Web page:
Good-Bye: Fringe

Posted on January 24, 2013



In May of last year, I wrote about sticking with Fringe. I had some reservations, but we were sticking out the season. Now, even as I write this, I am watching the series finale.

Good Riddance

Frankly, I cared less and less about this season as it went on. It’s taken me awhile to understand why, but I think I’ve figure it out.

It’s Rushed

In just a few episodes this season, they went through Walter realizing that he needed part of his brain back, getting it back, becoming a bad version of himself, and then having it removed again.


Realizing that he needed it back should have been a season-long arc. There should have been huge, alienating, fights between the characters about it. We should have seen them struggling to find alternatives. We should have seen Walter’s reluctance.

Becoming bad should have been a season long arc. Not because it needed to be gradual, but because we needed to see how bad Walter got.

Having it removed should have been a multi-episode arc with evil Walter struggling to stay “alive.”

Instead, they rushed through all of that so they could tell their story of the struggle against the Observers.

Context is King

When they jumped twenty-one years into the future, I really stopped caring.

On the one hand, it was too much context. There was the parallel universe and the future world. It was too much to keep track of.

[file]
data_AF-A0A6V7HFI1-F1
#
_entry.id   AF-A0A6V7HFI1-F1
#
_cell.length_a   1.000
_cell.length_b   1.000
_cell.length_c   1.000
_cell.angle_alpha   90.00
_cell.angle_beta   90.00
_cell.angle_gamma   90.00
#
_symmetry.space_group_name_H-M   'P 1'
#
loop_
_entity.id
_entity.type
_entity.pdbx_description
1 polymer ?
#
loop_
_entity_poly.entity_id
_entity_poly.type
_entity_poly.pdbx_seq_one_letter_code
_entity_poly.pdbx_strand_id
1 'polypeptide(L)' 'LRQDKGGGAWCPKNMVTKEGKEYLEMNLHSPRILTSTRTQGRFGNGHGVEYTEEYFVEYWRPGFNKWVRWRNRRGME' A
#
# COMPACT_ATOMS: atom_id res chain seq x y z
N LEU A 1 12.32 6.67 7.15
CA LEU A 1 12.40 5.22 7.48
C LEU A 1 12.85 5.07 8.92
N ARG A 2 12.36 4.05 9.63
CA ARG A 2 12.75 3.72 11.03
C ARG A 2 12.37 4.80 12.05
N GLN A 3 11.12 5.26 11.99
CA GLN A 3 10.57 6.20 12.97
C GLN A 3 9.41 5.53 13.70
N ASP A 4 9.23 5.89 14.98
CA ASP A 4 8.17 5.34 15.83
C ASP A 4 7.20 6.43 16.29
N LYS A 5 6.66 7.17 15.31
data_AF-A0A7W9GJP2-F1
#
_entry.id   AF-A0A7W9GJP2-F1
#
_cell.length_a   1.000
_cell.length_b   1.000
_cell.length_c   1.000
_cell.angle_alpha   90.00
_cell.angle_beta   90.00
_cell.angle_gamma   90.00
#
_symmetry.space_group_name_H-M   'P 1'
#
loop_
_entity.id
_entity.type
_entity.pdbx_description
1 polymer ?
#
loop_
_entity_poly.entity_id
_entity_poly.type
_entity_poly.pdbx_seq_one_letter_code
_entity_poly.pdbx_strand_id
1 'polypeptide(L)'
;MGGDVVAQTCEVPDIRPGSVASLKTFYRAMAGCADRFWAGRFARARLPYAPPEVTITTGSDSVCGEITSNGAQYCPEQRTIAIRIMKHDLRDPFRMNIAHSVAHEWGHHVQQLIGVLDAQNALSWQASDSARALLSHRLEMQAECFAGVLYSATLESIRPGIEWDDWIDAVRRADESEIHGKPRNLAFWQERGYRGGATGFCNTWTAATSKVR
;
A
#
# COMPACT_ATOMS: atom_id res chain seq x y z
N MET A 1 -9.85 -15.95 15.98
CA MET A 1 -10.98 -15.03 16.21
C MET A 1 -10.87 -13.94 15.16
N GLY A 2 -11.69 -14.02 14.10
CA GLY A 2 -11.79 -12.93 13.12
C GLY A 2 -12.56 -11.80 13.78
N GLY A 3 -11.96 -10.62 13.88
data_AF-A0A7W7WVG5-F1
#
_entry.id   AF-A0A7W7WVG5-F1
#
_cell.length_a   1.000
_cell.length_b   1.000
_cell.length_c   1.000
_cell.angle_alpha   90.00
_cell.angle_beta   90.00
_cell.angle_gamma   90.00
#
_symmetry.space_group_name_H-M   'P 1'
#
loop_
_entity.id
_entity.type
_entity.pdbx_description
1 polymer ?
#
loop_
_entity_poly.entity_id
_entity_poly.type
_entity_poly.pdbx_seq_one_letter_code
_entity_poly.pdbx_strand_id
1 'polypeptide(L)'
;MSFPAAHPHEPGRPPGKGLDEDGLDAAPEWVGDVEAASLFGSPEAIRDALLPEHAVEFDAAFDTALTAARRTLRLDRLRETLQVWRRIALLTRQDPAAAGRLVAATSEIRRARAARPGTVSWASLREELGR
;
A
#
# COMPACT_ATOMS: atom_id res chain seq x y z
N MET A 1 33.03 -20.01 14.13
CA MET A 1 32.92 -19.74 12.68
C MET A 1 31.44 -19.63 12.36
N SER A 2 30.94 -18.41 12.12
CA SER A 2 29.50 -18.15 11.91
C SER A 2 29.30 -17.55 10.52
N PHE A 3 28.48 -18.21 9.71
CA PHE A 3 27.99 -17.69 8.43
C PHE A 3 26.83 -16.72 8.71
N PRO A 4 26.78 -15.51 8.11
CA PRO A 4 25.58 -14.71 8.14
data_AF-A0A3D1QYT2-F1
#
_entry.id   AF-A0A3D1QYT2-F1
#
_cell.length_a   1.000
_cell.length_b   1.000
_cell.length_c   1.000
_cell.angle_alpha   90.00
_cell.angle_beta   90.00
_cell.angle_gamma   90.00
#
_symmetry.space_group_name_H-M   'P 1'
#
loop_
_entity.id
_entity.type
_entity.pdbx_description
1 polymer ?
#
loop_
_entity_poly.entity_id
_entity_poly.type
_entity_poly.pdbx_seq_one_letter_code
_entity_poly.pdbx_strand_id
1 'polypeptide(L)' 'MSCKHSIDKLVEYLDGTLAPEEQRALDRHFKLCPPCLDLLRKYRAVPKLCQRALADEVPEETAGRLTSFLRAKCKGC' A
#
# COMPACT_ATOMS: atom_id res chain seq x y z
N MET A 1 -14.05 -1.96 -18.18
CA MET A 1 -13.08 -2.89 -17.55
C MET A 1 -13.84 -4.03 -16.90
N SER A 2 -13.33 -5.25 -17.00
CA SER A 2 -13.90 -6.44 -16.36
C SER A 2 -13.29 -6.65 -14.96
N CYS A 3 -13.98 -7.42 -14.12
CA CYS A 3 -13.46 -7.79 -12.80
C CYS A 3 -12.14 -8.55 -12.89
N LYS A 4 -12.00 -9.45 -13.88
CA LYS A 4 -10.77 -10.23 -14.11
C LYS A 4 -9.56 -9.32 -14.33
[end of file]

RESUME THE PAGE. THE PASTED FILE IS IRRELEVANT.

On the other hand, it was too little context. I cared what was happening in our world. I did not care what was happening in future world. The rushed nature of the season meant that I didn’t have time to care. They couldn’t build the future as a metaphor for what is happening right now.

So I stopped caring.

We Missed It

I wanted to see Olivia go through pregnancy, and I wanted to see what the daughter of a telekinetic and a parallel dimension would be like.

Instead, they threw all of that away. They completely skipped Olivia’s pregnancy, and her 21-year-old daughter turns out to be distressingly normal. Forget about special abilities, she doesn’t even have emotional issues from being without her parents and growing up as a revolutionary.

And then she dies.

It’s like they wanted us to stop caring.



There are some nice things in the finale. I liked the shout-out to Faux-livia and how things turned out differently for her.

Ultimately, though, the show had a good run and having a whole season to say good-bye was nice.

Final Thoughts

Is it better to gradually stop caring about a show in its final season, or to rage against the dying of something you loved?

Posted in: Tanks